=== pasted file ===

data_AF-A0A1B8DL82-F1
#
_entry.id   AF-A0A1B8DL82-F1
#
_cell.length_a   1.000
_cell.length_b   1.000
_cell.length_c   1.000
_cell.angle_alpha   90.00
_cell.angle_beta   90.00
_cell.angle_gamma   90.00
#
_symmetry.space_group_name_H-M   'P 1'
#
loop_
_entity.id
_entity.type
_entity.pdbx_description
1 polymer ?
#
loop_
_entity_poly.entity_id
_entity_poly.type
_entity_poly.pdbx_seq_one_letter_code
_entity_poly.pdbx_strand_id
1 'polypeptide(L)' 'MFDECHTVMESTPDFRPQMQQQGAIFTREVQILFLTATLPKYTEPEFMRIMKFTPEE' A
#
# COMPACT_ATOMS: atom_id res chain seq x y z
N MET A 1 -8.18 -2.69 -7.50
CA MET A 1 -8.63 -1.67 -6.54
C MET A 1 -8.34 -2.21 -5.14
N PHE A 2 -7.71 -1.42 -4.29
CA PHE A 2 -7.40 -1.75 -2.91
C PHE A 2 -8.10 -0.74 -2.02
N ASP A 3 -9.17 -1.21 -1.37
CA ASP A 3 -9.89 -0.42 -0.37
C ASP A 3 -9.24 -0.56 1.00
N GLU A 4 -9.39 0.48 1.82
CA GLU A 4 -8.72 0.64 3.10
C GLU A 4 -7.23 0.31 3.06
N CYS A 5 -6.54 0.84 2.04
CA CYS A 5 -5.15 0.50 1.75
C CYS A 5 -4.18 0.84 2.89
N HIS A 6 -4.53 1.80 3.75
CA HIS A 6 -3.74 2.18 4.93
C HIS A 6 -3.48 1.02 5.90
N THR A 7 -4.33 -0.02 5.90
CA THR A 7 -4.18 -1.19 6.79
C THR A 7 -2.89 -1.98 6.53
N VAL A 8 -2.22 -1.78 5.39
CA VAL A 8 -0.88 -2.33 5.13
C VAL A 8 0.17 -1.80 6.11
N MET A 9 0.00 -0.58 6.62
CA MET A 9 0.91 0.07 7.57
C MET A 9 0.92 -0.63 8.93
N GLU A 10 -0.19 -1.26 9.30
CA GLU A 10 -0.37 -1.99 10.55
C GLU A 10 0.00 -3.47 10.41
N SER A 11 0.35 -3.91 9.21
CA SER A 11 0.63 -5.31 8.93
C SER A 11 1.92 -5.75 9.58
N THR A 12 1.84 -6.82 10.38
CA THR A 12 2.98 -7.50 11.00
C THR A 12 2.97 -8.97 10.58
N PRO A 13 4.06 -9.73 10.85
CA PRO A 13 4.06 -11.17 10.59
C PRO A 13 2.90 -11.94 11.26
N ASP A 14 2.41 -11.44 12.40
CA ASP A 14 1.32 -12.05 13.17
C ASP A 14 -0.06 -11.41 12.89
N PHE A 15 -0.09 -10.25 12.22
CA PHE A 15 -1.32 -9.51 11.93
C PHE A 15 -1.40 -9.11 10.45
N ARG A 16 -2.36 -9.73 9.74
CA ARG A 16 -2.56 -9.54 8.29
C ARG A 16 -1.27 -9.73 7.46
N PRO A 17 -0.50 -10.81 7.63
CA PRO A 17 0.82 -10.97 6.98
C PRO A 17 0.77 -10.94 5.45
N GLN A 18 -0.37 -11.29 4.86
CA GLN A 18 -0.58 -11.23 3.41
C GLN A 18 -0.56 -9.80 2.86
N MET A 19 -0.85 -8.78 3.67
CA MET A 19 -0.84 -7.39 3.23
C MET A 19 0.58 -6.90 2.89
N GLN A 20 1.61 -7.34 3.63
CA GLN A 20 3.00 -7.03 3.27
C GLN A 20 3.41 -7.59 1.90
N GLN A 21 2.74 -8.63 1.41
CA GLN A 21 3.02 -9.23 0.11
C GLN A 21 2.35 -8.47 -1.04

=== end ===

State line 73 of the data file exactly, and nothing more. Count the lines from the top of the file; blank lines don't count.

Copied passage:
N ARG A 16 -2.36 -9.73 9.74